HP has put together nine distinct services in the ESM, and the third phase of the phase of the project allows companies to look at overall energy efficiency at any type of facility, water use and associated greenhouse gas emissions, and data center design and operation.
Although HP is still decidedly a technology company, the process of measuring, monitoring and managing environmental impacts has become so data-intensive that only a company with deep roots in technology will be able to make the process manageable for its customers.
"The fact is that energy and sustainability are top-of-mind issues with the CXO suite," Ken Hamilton, HP's Worldwide Director of Energy and Sustainability Management, said in an interview. "We've hit a critical juncture of the energy and IT space where the complexity and the data involved really make it important for people to manage large and highly complex environments in a near-real-time way -- and that's a core competency of HP."
What's notable about HP's ESM approach is that, unlike its peers in the upper echelons of IT, like IBM and SAP, HP is bringing in outside expertise from the carbon management software arena to help beef up its overall offering.
Hara has made a name for itself over the last few years, applying its carbon management and reporting tools to a number of high-profile clients, including Diebold, Safeway, Hasbro and U.S. Bank, among others, within the last year.
But that momentum is picking up as more and more companies go ever deeper on their sustainability initiatives, according to Amit Chatterjee, Hara's CEO. "It comes down to the notion that traditionally there's been transparency around sustainability for a number of years," he said, "but the reduction part has been difficult to achieve without the help of the kind of people who come out of HP, and the kind of software that comes out of Hara."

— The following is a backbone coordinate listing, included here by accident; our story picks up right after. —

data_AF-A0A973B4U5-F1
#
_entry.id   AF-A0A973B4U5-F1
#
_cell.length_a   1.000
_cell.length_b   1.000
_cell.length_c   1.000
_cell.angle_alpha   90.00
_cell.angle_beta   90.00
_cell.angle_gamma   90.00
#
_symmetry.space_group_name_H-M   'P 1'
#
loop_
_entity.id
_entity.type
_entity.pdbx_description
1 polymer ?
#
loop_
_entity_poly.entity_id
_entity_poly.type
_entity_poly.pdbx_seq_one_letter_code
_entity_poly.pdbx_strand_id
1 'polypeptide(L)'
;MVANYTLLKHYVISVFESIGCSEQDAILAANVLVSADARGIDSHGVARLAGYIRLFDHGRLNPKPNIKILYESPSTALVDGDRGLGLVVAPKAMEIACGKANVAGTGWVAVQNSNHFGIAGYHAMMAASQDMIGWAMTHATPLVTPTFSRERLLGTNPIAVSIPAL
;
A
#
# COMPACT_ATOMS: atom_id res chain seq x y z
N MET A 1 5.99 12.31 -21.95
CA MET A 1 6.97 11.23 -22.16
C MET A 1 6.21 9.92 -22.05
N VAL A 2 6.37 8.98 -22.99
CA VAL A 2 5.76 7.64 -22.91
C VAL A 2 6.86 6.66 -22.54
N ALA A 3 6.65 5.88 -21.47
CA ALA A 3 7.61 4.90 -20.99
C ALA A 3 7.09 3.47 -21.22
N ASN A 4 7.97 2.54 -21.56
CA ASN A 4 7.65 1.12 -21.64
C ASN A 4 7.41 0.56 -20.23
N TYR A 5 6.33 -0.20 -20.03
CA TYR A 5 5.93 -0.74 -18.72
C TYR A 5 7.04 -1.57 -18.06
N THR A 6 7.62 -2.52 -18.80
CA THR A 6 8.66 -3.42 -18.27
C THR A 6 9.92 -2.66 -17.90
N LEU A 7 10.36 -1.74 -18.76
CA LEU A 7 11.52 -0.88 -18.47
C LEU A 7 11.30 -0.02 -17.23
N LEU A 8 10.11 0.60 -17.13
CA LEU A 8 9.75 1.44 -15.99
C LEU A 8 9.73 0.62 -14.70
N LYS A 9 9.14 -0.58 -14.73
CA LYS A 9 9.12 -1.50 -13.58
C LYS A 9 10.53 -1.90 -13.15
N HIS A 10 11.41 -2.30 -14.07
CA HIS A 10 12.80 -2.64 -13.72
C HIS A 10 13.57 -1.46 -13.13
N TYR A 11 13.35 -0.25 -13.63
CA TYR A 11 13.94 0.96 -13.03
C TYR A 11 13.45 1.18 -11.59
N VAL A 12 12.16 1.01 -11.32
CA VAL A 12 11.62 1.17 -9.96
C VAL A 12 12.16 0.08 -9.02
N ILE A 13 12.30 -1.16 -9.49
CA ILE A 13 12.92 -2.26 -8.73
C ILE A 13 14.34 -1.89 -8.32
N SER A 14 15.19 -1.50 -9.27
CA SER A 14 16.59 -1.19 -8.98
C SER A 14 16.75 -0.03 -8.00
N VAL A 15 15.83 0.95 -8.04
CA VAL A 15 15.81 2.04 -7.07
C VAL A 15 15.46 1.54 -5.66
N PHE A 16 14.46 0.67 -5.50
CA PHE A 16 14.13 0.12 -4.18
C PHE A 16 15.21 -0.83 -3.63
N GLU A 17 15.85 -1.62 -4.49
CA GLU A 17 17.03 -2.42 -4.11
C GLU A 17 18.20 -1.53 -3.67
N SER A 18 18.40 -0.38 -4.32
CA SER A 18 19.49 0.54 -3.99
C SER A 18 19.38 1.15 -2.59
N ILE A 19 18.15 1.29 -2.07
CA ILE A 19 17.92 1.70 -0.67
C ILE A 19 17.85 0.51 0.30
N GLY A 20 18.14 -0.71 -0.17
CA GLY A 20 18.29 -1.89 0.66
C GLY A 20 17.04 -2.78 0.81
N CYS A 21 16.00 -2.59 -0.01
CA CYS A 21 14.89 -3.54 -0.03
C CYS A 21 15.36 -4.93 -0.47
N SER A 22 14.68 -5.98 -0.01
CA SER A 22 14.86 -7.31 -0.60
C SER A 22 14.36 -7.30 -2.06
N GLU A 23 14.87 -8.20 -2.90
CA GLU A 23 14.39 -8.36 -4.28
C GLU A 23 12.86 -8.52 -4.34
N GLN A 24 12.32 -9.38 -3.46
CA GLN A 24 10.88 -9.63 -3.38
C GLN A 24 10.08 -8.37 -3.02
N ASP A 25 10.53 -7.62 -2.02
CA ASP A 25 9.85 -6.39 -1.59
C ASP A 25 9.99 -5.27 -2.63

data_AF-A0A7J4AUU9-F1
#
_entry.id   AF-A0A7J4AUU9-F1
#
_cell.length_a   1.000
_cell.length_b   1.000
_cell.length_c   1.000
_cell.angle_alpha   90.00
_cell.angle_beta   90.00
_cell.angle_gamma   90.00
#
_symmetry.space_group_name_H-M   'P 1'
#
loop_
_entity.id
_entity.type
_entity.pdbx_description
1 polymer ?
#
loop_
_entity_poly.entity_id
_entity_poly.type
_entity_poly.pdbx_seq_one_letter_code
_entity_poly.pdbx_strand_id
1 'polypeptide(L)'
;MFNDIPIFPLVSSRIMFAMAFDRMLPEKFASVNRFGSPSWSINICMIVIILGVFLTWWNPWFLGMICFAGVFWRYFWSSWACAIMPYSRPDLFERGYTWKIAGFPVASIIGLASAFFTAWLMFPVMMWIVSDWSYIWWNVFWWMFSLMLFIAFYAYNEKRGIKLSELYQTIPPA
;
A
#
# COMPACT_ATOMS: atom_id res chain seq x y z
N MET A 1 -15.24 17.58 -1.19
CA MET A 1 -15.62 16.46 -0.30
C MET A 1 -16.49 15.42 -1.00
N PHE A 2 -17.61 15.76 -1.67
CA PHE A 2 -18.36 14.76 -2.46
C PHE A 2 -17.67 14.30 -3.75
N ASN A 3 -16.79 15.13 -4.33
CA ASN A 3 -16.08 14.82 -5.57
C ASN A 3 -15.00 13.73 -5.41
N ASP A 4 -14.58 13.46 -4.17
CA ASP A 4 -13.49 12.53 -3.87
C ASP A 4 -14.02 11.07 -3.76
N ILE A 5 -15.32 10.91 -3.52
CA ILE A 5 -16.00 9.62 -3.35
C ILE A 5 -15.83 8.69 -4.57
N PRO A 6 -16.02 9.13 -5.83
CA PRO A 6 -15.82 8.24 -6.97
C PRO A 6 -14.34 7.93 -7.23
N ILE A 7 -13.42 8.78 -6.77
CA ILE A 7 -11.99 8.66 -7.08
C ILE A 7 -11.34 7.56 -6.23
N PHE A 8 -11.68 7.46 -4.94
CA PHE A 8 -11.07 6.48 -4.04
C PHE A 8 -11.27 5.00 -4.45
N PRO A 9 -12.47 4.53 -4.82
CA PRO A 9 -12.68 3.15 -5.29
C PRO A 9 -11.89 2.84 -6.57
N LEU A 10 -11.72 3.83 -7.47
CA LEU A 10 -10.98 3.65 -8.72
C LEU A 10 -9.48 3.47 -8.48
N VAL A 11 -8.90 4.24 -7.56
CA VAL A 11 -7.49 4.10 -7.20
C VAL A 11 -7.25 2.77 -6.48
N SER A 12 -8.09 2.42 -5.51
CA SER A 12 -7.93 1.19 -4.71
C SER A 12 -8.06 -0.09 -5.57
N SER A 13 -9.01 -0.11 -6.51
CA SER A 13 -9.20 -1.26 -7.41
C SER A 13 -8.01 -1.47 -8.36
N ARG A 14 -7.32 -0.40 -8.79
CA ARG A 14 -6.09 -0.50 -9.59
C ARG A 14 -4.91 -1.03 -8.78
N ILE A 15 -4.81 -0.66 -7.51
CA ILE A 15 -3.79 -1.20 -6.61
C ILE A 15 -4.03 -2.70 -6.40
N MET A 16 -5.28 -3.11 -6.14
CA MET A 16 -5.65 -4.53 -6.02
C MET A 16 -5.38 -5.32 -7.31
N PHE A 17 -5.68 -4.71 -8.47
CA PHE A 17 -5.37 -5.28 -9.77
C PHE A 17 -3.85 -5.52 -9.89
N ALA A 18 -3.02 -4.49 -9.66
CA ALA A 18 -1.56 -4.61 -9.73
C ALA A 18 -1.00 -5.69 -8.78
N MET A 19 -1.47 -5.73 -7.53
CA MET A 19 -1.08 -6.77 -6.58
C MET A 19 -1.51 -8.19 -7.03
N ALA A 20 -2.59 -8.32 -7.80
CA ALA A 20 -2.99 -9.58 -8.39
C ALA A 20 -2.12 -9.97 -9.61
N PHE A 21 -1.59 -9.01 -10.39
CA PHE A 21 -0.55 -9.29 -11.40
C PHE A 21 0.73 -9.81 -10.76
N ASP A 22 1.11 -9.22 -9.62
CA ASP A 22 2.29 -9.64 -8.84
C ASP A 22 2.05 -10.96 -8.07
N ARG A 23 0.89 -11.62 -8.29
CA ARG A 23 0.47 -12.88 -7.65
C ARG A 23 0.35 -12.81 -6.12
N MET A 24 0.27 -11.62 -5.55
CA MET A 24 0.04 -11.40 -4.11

Hara's Vice President of Marketing, Joel Riciputi, also sees the momentum, and explained how HP's ESM helps to harness it: "It goes back to how do you look at sustainability [holistically], what components play into it, and scanning the whole spectrum, not just the data center. It's not just about reporting, it's not just about stakeholder communications, it's about what matters at the very end, the bottom line, and determining what are the most effective policies to affect the bottom line."
Paul Baier, who researched and wrote the just-published 2011 Enterprise Energy and Carbon Accounting Buyers Guide, which analyzes the offerings of 32 different vendors in the ECEM space, says HP's ESM is a sign of things to come.
"HP's entrance into this market follows investment at other services companies like Deloitte Consulting," Baier said. "Look other large services organizations to bolster their offerings as well in the future."
Want to move beyond spreadsheets to manage carbon data but are confused by the large number of vendors? Groom Energy and Greenbiz.com have teamed up for the 2011 Enterprise Energy and Carbon Accounting Buyers Guide to give you a clear understanding and analysis of this rapidly expanding market based on meetings, demos, and analysis with 32 software vendors.